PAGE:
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Monday, April 15, 2024

Gwinnett Police investigating religious link in Korean woman’s murder

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Gwinnett County Police Department Public Information Officer Juan Madiedo is providing a briefing on the 6 Korean American involved murder case. [Photo by Olivia Bowdoin]

The suspects in the murder of a Korean woman in Duluth, Georgia, are believed to have had religious motivations. The Korean American suspects are thought to be members of a specific religious organization. The victim had traveled to Atlanta with the intent of joining this group.

“The suspects referred to themselves as ‘Soldiers of Christ’,” said Juan Madiedo, the Public Information Officer for the Gwinnett County Police Department, during a case briefing on September 14. “It appears that the woman came to the United States earlier this summer with the intention of joining a specific religious organization.”

Currently, it remains unclear whether “Soldiers of Christ” refers to an established religious organization. However, police suspect that the motive behind the crime might be rooted in religious beliefs or doctrines.

The suspects had been living in the Lawrenceville area. Korean American pastors in Atlanta are keenly observing the case’s developments due to the religious terminology used during the police briefing.

Sung-Koo Kim, pastor of the Lawrenceville Light and Salt Church, stated, “I’ve never heard of such a group. Despite the significant Korean population here, we don’t know of any church or religious group called ‘Soldiers of Christ’.”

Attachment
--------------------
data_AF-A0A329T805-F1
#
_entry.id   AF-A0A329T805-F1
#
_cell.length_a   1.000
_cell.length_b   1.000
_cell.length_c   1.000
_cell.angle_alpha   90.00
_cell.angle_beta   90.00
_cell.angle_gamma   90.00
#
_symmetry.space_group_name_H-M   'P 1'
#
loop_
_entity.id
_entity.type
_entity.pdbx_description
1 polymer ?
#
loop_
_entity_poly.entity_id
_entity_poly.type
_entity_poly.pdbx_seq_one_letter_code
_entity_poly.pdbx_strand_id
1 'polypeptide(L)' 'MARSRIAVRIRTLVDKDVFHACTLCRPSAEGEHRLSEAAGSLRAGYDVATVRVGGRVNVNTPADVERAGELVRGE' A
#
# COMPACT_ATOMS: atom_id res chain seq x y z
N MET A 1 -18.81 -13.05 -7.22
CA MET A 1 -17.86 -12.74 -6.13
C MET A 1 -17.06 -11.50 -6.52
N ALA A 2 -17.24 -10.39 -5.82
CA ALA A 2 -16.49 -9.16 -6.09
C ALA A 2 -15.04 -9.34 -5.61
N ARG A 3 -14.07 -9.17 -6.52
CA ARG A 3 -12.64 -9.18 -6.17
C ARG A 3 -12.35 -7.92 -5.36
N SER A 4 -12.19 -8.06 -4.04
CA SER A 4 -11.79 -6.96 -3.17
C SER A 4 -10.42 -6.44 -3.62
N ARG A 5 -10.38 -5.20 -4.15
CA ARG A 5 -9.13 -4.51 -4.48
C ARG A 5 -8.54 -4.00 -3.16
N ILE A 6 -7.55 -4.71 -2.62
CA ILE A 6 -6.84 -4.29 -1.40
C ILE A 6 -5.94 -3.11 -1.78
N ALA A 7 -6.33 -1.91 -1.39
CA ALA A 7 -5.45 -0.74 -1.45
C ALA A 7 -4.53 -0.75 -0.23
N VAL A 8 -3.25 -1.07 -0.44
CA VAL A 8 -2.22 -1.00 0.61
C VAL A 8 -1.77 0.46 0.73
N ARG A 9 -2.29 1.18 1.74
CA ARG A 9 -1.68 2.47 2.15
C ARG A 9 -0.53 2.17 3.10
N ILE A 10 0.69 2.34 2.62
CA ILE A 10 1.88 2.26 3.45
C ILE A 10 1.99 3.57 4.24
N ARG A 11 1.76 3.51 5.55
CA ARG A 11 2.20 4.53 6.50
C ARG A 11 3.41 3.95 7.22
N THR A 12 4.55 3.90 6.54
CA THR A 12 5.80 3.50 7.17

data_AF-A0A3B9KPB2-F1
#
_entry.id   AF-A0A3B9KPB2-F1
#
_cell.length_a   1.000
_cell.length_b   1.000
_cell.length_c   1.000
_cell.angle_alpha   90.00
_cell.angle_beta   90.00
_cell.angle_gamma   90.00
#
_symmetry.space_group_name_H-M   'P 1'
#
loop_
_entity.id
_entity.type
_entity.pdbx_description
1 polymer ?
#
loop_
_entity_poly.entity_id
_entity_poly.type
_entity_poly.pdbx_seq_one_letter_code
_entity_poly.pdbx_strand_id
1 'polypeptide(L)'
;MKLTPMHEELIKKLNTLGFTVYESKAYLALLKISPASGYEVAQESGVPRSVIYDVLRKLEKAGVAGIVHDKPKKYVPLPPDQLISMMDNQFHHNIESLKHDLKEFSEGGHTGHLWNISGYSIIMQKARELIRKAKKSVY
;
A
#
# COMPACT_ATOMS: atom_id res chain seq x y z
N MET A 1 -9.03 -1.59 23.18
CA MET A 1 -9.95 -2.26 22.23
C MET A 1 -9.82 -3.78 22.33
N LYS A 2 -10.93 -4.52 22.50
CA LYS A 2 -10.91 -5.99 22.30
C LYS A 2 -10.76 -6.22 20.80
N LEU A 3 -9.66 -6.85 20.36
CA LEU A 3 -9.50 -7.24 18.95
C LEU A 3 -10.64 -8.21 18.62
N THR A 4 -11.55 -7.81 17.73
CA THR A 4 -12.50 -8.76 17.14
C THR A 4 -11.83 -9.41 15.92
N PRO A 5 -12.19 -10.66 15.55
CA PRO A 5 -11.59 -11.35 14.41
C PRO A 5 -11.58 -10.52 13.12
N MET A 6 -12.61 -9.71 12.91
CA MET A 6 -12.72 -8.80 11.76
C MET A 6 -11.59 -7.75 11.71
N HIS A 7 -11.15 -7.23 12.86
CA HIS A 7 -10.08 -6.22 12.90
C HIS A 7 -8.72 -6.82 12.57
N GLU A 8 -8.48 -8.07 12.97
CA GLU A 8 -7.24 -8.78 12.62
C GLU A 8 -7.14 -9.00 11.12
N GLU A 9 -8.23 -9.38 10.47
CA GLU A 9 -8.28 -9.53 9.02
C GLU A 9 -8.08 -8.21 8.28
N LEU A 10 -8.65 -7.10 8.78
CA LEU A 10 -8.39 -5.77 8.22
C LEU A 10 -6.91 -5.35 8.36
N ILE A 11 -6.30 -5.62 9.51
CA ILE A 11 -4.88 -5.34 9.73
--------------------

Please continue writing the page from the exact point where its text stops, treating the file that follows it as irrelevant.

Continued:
Should the investigation find concrete ties to religious organizations, it could profoundly affect the Korean American community in the region.

A similar incident occurred a decade earlier, which still looms in the memory of the community. Pastor Jongmin Kim, the general secretary of the Korean Churches Council of Greater Atlanta, recalled, “In 2012, a Korean pastor who claimed he was Jesus duped students by offering sham ESL classes through the Georgia Institute of Technology Korean Student Association website. That event garnered significant attention from Korean media. Given the age of the current suspects and their purported religious affiliations, I fear this might be another instance of pseudo-religious exploitation.”

The accused have secured legal representation. The case involving 15-year-old Junyeong Lee will be tried in juvenile court.

Jason Park, an attorney, told the Korea Daily, “We’re working closely with the police and are awaiting our opportunity to share our perspective in court.”

Woo-hyung Cho, a police consul at the Korean Consulate General in Atlanta, remarked, “We’ve confirmed the victim’s identity, but we haven’t yet been able to contact her family in South Korea. We continue our efforts to reach them.”

BY YEOL JANG   [jang.yeol@koreadaily.com]